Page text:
Our lab studies the role of microRNAs in controlling vascular inflammation. We have a particular interest in determining the role of circulating microRNAs in disease pathogenesis, and exploring their use as biomarkers. We are studying mouse models of diabetic cardiomyopathy to define disease mechanisms that involve microRNAs and we are identifying circulating microRNA biomarkers in human patient cohorts with diabetes, diabetic cardiomyopathy and/or end-stage renal disease.
Professor, Division of Cardiology, Department of Medicine
Research Director, University Health Network and Mount Sinai Hospital Division of Cardiology
Immediate Past-Chair, Board of Directors, Banting Research Foundation
Deputy Physician-in-Chief, Research, Mount Sinai Hospital
Canada Research Chair in Integrative Cardiovascular Biology (2004- 2018)
600 University Avenue
Toronto, ON M5G 1X5
The general theme of the Floras Clinical Cardiovascular Physiology Laboratory has been the elucidation of mechanisms responsible for initiation and progression of cardiovascular and related diseases in humans, through interdisciplinary patient oriented research.
Neural and intrinsic cardiovascular regulation is studied using: microneurographic recordings of sympathetic nerve discharge directed at resistance vessels, tracer kinetic methods to estimate total body norepinephrine spillover, spectral analysis of heart rate variability and baroreflex sensitivity for heart rate, plethysmographic methods for assessing blood flow, and ultrasonic methods for quantifying endothelium dependent and independent vasodilatation.
These methods have been applied to research questions concerning normal health and aging, and to conditions such as heart failure, sleep apnea, hypertension, renal failure, pulmonary hypertension, diabetes (in collaboration with Drs. Zinman, Millar and Meneilly), menopause and cirrhosis.
Assistant Professor, Department of Medicine
Clinician Scientist, Mount Sinai Hospital
Associate Scientist, Li Ka Shing Centre for Healthcare Analytics Research & Training, Li Ka Shing Knowledge Institute
Affiliated Faculty, Program On Regulation Therapeutics And Law, Division of Pharmacoepidemiology, Brigham and Women’s Hospital
600 University Ave.
Toronto, Ontario M5G 1X5
Michael Fralick’s main research interest is in understanding the safety and effectiveness of sodium glucose co-transporter 2 (SGLT2) inhibitors by applying pharmacoepidemiology methods and machine learning. He primarily uses data collected from routine care (e.g., ICES, insurance claims data) and his main areas of methodologic expertise are in propensity score matching and supervised machine learning (e.g., gradient boosted trees).
Professor, Department of Medical Biophysics
Senior Scientist, Tanz Centre for Research in Neurodegenerative Diseases
Increasing evidence now points to the deposition and cytotoxicity of islet amyloid polypeptide aggregates as major contributors to loss of beta cell mass and ultimately the progression to type 2 diabetes. Amyloid aggregation may also contribute to graft failure following islet transplantation in type 1 diabetes patients. Therefore, our research involves devising new ways to inhibit islet amyloid aggregation and protect beta cells, thereby slowing or preventing onset of type 2 diabetes and improving islet graft survival.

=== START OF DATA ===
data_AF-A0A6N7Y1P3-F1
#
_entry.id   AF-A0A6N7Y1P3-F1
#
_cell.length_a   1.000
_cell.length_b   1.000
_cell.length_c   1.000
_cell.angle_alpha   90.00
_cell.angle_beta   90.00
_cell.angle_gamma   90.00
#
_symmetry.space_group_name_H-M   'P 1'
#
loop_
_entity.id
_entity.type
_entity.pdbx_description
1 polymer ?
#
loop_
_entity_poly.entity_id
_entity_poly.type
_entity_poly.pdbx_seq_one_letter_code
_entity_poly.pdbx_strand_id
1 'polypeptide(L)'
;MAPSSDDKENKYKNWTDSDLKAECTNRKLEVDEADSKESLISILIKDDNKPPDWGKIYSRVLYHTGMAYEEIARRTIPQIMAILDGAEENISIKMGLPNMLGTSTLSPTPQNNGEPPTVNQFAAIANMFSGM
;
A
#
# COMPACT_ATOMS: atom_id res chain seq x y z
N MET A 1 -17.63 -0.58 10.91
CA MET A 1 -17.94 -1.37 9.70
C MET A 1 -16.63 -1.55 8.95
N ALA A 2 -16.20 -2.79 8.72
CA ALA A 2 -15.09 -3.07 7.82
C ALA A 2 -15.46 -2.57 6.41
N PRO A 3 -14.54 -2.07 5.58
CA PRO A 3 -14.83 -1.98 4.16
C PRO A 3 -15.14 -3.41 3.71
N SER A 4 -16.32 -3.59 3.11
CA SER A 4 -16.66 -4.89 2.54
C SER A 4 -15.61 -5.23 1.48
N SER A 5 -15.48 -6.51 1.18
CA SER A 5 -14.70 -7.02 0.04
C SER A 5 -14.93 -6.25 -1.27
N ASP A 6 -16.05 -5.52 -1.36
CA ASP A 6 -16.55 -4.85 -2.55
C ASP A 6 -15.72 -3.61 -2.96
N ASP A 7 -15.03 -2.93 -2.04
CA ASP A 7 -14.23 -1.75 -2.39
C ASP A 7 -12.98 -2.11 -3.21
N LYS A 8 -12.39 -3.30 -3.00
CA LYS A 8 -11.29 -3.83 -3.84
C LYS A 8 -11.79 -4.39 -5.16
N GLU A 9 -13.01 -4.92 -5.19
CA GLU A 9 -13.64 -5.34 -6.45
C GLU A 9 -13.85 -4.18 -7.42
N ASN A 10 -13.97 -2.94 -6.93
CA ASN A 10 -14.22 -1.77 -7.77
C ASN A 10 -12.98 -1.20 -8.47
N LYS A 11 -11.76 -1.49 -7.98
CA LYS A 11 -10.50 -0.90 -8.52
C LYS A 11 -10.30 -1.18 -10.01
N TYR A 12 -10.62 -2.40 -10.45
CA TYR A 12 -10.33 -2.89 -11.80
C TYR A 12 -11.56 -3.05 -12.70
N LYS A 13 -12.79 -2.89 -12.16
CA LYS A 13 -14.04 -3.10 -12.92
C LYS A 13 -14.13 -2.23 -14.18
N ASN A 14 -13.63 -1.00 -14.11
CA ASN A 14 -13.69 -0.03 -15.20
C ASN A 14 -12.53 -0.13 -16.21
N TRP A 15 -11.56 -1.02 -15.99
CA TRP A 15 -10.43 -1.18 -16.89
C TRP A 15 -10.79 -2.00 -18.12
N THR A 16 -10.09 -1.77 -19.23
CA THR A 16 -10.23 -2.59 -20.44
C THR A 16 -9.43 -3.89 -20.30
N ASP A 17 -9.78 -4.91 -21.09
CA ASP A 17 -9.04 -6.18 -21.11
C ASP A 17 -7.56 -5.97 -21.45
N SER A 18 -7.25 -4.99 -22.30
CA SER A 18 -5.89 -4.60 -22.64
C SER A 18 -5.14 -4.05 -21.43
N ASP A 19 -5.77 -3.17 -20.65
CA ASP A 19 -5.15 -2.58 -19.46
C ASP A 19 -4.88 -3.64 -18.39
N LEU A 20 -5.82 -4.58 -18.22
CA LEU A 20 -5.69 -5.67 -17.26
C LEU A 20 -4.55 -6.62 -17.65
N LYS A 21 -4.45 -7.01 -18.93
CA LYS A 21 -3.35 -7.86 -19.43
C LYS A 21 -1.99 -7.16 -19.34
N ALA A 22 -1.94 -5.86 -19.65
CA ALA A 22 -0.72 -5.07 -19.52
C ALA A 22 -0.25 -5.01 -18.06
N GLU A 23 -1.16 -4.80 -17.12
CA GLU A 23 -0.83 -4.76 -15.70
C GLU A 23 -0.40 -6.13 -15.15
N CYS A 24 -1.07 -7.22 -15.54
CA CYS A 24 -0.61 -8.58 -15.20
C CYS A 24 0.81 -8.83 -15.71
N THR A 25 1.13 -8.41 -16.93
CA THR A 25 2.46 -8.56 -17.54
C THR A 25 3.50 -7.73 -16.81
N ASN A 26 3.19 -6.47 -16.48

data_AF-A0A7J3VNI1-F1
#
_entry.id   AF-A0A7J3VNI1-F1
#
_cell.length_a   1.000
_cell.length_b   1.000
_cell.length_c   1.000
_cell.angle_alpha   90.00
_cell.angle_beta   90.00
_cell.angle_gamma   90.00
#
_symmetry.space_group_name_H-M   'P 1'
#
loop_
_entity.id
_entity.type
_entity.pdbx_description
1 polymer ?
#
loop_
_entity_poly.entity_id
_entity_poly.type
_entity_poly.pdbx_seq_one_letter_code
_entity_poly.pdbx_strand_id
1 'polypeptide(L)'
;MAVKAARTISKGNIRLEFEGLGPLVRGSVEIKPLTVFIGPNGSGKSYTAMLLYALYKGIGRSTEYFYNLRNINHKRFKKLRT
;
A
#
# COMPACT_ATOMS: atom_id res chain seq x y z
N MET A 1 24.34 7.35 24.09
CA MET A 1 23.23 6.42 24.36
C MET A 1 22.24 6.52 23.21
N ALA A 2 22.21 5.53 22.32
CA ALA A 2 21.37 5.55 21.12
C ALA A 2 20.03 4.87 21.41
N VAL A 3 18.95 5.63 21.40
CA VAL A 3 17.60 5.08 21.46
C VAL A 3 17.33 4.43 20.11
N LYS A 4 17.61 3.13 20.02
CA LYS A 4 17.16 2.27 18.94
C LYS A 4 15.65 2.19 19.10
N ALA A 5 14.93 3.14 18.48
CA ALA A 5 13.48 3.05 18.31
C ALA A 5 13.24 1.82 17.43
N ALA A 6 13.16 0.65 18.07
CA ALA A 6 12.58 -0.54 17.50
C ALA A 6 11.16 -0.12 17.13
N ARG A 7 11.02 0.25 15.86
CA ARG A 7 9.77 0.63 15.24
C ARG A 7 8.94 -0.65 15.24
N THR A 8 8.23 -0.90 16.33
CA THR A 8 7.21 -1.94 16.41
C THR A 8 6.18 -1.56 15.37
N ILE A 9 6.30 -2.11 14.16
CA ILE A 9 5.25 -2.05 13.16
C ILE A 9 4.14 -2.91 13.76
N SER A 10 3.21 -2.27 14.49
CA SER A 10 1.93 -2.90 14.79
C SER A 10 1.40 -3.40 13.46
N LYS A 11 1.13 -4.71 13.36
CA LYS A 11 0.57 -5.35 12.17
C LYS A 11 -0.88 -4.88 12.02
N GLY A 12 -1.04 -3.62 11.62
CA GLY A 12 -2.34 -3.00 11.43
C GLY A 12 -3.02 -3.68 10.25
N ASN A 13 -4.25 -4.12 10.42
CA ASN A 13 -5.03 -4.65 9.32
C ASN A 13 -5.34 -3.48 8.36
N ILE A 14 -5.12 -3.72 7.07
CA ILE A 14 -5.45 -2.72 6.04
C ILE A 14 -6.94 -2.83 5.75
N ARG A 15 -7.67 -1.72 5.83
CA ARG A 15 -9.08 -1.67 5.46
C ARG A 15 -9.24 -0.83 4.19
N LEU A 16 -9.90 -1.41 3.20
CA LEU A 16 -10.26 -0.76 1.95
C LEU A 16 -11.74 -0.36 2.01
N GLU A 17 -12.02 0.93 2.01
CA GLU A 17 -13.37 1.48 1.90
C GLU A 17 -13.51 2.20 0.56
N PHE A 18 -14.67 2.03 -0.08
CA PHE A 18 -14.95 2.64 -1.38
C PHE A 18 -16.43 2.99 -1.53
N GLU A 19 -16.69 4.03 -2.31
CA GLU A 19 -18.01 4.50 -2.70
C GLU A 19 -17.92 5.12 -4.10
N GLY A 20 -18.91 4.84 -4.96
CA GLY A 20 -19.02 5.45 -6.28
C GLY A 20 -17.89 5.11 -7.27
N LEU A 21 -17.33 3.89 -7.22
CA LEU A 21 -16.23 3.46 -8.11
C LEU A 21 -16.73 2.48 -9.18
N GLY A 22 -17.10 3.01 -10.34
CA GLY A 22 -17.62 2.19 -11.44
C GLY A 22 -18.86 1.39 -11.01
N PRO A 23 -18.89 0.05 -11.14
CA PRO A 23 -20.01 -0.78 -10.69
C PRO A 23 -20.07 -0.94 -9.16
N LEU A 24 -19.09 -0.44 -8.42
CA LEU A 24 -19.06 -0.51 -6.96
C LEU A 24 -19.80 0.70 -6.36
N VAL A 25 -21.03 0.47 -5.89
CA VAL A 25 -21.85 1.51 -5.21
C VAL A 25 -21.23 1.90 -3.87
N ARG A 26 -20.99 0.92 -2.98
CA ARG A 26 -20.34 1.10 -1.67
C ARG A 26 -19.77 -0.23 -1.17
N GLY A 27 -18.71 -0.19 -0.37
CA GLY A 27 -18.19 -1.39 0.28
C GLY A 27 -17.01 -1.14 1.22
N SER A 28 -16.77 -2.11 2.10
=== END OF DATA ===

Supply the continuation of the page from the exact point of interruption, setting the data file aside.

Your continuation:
Assistant Professor, Department of Laboratory Medicine & Pathobiology
Clinical Biochemist, Department of Clinical Pathology, Sunnybrook Health Sciences Centre
2075 Bayview Ave.
Toronto, ON M4N 3M5
Phone: 416-480-6100 x89571
To study the molecular relationship between vitamin D endocrine system and diabetes.
Professor, Departments of Medicine and Physiology
1 King's College Circle
Toronto, ON M5S 1A8
Research in the Gaisano lab is focused on molecular mechanisms regulating exocytosis, employing islet cells as models. We were one of the firsts to demonstrate that SNARE proteins originally found to mediate neurotransmitter release are conserved in non-neuronal cells, including the pancreatic islet to regulate secretion. We contributed to the original work showing SNARE protein regulation of insulin granule exocytosis, and subsequently contributed much of the work showing how SNARE proteins physically and functionally interact with beta-cell ion channels (Kv, KATP, Ca2+) to regulate the intricate sequence of ion fluxes, membrane potential and exocytotic fusion events leading to secretion. Current efforts are a continuation of the above (1 and 2) plus two new directions (3 and 4). 1) SNAREs interactions with Kv and Ca2+ channels forming ‘excitosomes’ and how these excitosomes are involved in the insulin granule exocytotic machinery for predocked (first phase insulin secretion) and newcomer granules (second phase insulin secretion); and how these insights could reveal rescue strategies for T2D insulin secretory deficiency. 2) Islet alpha cell secretory mechanisms and crosstalk with beta- and delta-cells in health and their dysregulation in T1D. For these 2 directions, we are using human T1D and T2D pancreas as well as normal human pancreas. 3) Using the transparent anterior chamber of the mouse eye, we are observing the behaviour of implanted human islets, a capability that we directing at assessing human T1D and T2D islet biology over a long duration, their responses to novel treatment strategies, and also islet regenerative medicine. 4) Role of the intestinal microbiome in its contribution to the pathogenesis of the metabolic syndrome, and identifying new treatment strategies. The Gaisano lab has in place a full spectrum of state-of-the-art technologies to assess these four funded directions.
Professor, Department of Physiology and Department of Medicine
The primary theme of A.G.’s research is the investigation of the effects of excess circulating energy substrates, in particular free fatty acids, on insulin action, secretion and kinetics, and the implication of these effects for the pathogenesis of diabetes. Secondary themes of research are the studies of the effects of nutrient and insulin excess in animal models of atherosclerosis and cancer .
Professor, Department of Medicine
Head, Division of Endocrinology & Metabolism, St. Michael’s Hospital
Canada Research Chair in Diabetes Complications
Research in the Gilbert lab focuses on the pathogenesis of diabetes complications as a way to evolve new therapies to prevent their development and attenuate their progression. Current projects involve translational research in diabetic nephropathy, retinopathy and heart failure, exploring novel pharmacological treatments and the use of adult stem cells to regenerate diseased tissue.